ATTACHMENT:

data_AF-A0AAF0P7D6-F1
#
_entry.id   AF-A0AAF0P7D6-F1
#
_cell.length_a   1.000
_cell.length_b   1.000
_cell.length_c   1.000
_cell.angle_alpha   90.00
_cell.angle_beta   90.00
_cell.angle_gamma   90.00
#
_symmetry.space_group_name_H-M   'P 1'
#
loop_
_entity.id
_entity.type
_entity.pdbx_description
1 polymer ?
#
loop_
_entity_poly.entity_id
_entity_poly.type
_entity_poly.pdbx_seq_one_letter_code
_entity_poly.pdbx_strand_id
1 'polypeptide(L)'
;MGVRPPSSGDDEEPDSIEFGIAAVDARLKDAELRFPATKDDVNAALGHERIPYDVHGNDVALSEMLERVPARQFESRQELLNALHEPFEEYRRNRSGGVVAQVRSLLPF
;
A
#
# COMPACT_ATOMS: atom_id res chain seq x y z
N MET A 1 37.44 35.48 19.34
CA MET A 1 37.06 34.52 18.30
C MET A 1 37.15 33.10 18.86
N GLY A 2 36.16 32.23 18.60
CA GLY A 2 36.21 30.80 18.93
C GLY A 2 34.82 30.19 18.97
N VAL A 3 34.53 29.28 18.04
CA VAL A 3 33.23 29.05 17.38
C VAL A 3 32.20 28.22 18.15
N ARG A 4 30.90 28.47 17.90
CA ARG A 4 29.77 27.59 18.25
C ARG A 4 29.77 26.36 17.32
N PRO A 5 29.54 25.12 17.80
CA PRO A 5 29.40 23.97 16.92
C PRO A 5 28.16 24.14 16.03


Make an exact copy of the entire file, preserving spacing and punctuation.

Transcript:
data_AF-A0AAF0P7D6-F1
#
_entry.id   AF-A0AAF0P7D6-F1
#
_cell.length_a   1.000
_cell.length_b   1.000
_cell.length_c   1.000
_cell.angle_alpha   90.00
_cell.angle_beta   90.00
_cell.angle_gamma   90.00
#
_symmetry.space_group_name_H-M   'P 1'
#
loop_
_entity.id
_entity.type
_entity.pdbx_description
1 polymer ?
#
loop_
_entity_poly.entity_id
_entity_poly.type
_entity_poly.pdbx_seq_one_letter_code
_entity_poly.pdbx_strand_id
1 'polypeptide(L)'
;MGVRPPSSGDDEEPDSIEFGIAAVDARLKDAELRFPATKDDVNAALGHERIPYDVHGNDVALSEMLERVPARQFESRQELLNALHEPFEEYRRNRSGGVVAQVRSLLPF
;
A
#
# COMPACT_ATOMS: atom_id res chain seq x y z
N MET A 1 37.44 35.48 19.34
CA MET A 1 37.06 34.52 18.30
C MET A 1 37.15 33.10 18.86
N GLY A 2 36.16 32.23 18.60
CA GLY A 2 36.21 30.80 18.93
C GLY A 2 34.82 30.19 18.97
N VAL A 3 34.53 29.28 18.04
CA VAL A 3 33.23 29.05 17.38
C VAL A 3 32.20 28.22 18.15
N ARG A 4 30.90 28.47 17.90
CA ARG A 4 29.77 27.59 18.25
C ARG A 4 29.77 26.36 17.32
N PRO A 5 29.54 25.12 17.80
CA PRO A 5 29.40 23.97 16.92
C PRO A 5 28.16 24.14 16.03